Saturday, January 5, 2019
These spells and items have played a prominent role in my various D&D campaigns over the years. They should be amendable to the various D&D editions available to all players, including retro games such as Labyrinth Lord and BlueHolme. I am uncertain about 4e or 5e as I do not play those sets... yet.
The first entry to the 52 Weeks of Magic is a basic magic spell employed in a way that was never really intended: Continual Light as magic item. Quite possibly, this was your first magic item. It was mine.
The spell creates a sphere of light with a 60' radius. It will move at the direction of the caster or it could be attached to a mobile or immobile object such as a rock. As an attack spell, it could be cast at a creature's eyes to cause blindness. Over the years, dispelling the globe of light was worded differently. It could be canceled by a Darkness spell, at will by the caster, Dispel Magic, and in the case of blinded creatures, Remove Curse.
Gee, that is a rather problematical spell on a couple of levels. It disappeared in 3.5e, replaced by Continual Flame which has a cost and is less effective. This was a stylistic change and probably for the better.
Down to the brass tacks. Or tube, as the case may be. Character's intelligent enough to realize the immediate benefit of the spell could cast this spell into a scroll tube. My character used a brass map tube, creating a brass lantern, ala Zork. One of my players cast the spell into a cut and blackened tube of bamboo and added a large glass bead for color and dubbed it the 'boo Torch. The color of the bead of glass was assigned to specific characters so they could identify each other over great distances. How ingenious.
This article is not about the spell, it's about the items created for the spell. The material cost can be very low in the case of the 'boo Torch. Or more likely, the spell would be cast on a high value item such as an ornate, custom-made tube or a standard votive candle.
The game breaking aspect of this spell and the items created by it are not the obvious ones. A Continual Flame spell in 3.5e carries a cost of 50 gp. Even at many times this rate, every village should have one or more lanterns powered by Continual Light. Dungeons should be lit all the time. Another consequence is lanterns should not exist at all or exist as a cheaper replacement to the magic lanterns being turned out by the player characters.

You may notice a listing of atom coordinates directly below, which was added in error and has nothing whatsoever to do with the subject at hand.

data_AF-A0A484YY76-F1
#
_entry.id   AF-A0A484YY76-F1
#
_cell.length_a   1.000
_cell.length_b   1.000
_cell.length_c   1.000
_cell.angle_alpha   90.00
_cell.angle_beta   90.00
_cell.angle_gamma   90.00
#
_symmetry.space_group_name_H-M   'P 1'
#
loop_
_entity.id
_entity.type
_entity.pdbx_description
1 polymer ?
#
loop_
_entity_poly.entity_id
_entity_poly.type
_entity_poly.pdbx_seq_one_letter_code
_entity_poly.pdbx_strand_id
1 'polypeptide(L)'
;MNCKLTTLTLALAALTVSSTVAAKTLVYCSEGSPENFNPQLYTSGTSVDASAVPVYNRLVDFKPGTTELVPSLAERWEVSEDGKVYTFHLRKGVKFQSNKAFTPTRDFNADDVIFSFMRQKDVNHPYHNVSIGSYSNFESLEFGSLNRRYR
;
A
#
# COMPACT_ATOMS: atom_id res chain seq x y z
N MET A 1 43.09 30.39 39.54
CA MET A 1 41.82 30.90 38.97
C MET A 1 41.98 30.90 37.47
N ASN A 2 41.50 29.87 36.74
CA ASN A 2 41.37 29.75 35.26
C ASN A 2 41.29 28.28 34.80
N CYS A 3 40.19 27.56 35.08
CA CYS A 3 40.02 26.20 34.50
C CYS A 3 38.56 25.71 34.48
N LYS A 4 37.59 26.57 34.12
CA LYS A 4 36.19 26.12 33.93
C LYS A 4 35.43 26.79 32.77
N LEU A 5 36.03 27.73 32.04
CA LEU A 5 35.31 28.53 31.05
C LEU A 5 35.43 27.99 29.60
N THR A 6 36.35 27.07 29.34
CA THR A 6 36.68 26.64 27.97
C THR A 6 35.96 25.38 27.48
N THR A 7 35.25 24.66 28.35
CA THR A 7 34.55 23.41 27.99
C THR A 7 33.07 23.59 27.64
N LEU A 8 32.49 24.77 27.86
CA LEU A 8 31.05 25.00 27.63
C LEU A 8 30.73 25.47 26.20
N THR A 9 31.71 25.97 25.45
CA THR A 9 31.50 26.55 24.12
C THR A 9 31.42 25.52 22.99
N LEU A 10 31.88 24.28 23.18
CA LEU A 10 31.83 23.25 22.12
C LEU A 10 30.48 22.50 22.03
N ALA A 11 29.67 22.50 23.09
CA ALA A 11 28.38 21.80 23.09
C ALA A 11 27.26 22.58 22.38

An interesting cultural twist on this type of item is whole cities being lit by these devices. Attackers would be well advised to make Dispel Magic and Darkness apart of their siege craft. Imagine the terror of having your defenses plunged into darkness the moment a besieging army arrived? Where are those lamps and torches, again? Defenders wouldn't have ready stocks of oil due to a lack of reliance on it for lighting.
Another aspect to considered for this infiltration of magic on a culture is the lack of heat by light sources. A permanently lit room is pretty chilly without a fire or stove. Some cities may require lamp and torch making materials on hand at all times after the "White Winter Death", a particular bad winter which exhausted all primary sources of fuel for heating and no reserve of burnable lighting materials existed. Sure, there was light but it was of little comfort from the cold. Other cities may not be able to handle tradition sources a light as they are walking fire hazards.
In general, if a culture has no reliance on oil for lighting, the need for oil is greatly reduced. This fact could reduce a nation's need for presses, ceramics, waxes, machines, crops like olives, the hunting for blubber bearing creatures, etc. Lighting is a critical aspect of a culture's style.
Limitations to this type of object could be simple. There is a desire to outdo other wizards, clerics and magic users by having the most ornate device imaginable. It isn't a material cost of the spell, it is the desire to have shinier kit than everyone else that drove the price.
Another limitation introduced by my characters was to voluntarily end the blinding effects after a period of time. This is an entirely different issue, but interesting because the players thought of it themselves. I liked it because I had forgotten about the poor blinded victim. He was never coming back into the story, but the good and lawful players decided that a day of blindness was more than enough "punishment". Can you say bonus role play experience?
The oddity of this was the "dispel at will" function never had a clear distance rule. This circles back to siegecraft, a wizard could be enticed to turn out the lights on an offending city.
I experimented with the "the birthday rule", where all magic spells ended on the caster's birthday if not supported by another energy source. A Resurrection spells continued past the birth date of the caster because the living person was the source of power for continuance, but poorly worded Wishes and Continual Light stopped on the caster's next birthday. I liked this story line as a one shot, as it put a single character at the center of an adventure, but it was impractical over time. This adventure corresponded to a player's birthday and I was unable to keep it going over the whole campaign.
I hope you enjoyed this essay. Next week's magic item is The Rat Bag. Please come back next Saturday evening for another unique essays on magic.
Click this link to read Week 2 of 52 Weeks of Magic.